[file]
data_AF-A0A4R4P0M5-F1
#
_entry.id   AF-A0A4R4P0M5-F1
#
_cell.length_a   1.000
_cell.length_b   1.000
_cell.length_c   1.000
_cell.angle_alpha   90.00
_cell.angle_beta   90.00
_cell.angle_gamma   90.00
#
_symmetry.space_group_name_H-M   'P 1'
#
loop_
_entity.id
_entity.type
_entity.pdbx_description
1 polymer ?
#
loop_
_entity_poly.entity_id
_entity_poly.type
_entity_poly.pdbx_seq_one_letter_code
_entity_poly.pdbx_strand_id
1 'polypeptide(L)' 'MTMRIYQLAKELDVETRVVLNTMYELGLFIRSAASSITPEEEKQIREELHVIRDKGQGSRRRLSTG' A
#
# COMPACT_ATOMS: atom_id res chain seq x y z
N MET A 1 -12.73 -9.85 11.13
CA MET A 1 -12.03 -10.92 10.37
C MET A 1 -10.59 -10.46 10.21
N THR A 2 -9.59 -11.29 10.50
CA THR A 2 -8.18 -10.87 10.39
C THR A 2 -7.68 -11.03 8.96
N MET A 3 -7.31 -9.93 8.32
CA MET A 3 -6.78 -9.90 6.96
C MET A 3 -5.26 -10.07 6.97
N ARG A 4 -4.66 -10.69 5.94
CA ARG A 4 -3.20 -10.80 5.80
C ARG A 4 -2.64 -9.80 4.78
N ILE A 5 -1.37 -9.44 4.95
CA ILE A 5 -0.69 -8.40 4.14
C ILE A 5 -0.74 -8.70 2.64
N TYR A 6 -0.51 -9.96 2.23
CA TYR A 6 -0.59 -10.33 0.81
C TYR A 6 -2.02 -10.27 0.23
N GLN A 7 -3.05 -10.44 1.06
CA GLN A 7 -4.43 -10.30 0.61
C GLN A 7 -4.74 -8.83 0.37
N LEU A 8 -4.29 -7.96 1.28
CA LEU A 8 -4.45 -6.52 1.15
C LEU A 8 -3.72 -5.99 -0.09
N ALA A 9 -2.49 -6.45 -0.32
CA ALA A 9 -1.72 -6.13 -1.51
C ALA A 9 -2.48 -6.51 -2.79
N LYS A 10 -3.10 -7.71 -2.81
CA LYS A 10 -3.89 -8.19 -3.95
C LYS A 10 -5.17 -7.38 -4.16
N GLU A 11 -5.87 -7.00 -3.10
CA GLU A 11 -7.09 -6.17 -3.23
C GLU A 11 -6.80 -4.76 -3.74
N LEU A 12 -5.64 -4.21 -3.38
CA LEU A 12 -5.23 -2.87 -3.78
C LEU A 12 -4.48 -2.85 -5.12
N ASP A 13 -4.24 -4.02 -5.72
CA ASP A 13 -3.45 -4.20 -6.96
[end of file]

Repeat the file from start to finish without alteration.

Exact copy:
data_AF-A0A4R4P0M5-F1
#
_entry.id   AF-A0A4R4P0M5-F1
#
_cell.length_a   1.000
_cell.length_b   1.000
_cell.length_c   1.000
_cell.angle_alpha   90.00
_cell.angle_beta   90.00
_cell.angle_gamma   90.00
#
_symmetry.space_group_name_H-M   'P 1'
#
loop_
_entity.id
_entity.type
_entity.pdbx_description
1 polymer ?
#
loop_
_entity_poly.entity_id
_entity_poly.type
_entity_poly.pdbx_seq_one_letter_code
_entity_poly.pdbx_strand_id
1 'polypeptide(L)' 'MTMRIYQLAKELDVETRVVLNTMYELGLFIRSAASSITPEEEKQIREELHVIRDKGQGSRRRLSTG' A
#
# COMPACT_ATOMS: atom_id res chain seq x y z
N MET A 1 -12.73 -9.85 11.13
CA MET A 1 -12.03 -10.92 10.37
C MET A 1 -10.59 -10.46 10.21
N THR A 2 -9.59 -11.29 10.50
CA THR A 2 -8.18 -10.87 10.39
C THR A 2 -7.68 -11.03 8.96
N MET A 3 -7.31 -9.93 8.32
CA MET A 3 -6.78 -9.90 6.96
C MET A 3 -5.26 -10.07 6.97
N ARG A 4 -4.66 -10.69 5.94
CA ARG A 4 -3.20 -10.80 5.80
C ARG A 4 -2.64 -9.80 4.78
N ILE A 5 -1.37 -9.44 4.95
CA ILE A 5 -0.69 -8.40 4.14
C ILE A 5 -0.74 -8.70 2.64
N TYR A 6 -0.51 -9.96 2.23
CA TYR A 6 -0.59 -10.33 0.81
C TYR A 6 -2.02 -10.27 0.23
N GLN A 7 -3.05 -10.44 1.06
CA GLN A 7 -4.43 -10.30 0.61
C GLN A 7 -4.74 -8.83 0.37
N LEU A 8 -4.29 -7.96 1.28
CA LEU A 8 -4.45 -6.52 1.15
C LEU A 8 -3.72 -5.99 -0.09
N ALA A 9 -2.49 -6.45 -0.32
CA ALA A 9 -1.72 -6.13 -1.51
C ALA A 9 -2.48 -6.51 -2.79
N LYS A 10 -3.10 -7.71 -2.81
CA LYS A 10 -3.89 -8.19 -3.95
C LYS A 10 -5.17 -7.38 -4.16
N GLU A 11 -5.87 -7.00 -3.10
CA GLU A 11 -7.09 -6.17 -3.23
C GLU A 11 -6.80 -4.76 -3.74
N LEU A 12 -5.64 -4.21 -3.38
CA LEU A 12 -5.23 -2.87 -3.78
C LEU A 12 -4.48 -2.85 -5.12
N ASP A 13 -4.24 -4.02 -5.72
CA ASP A 13 -3.45 -4.20 -6.96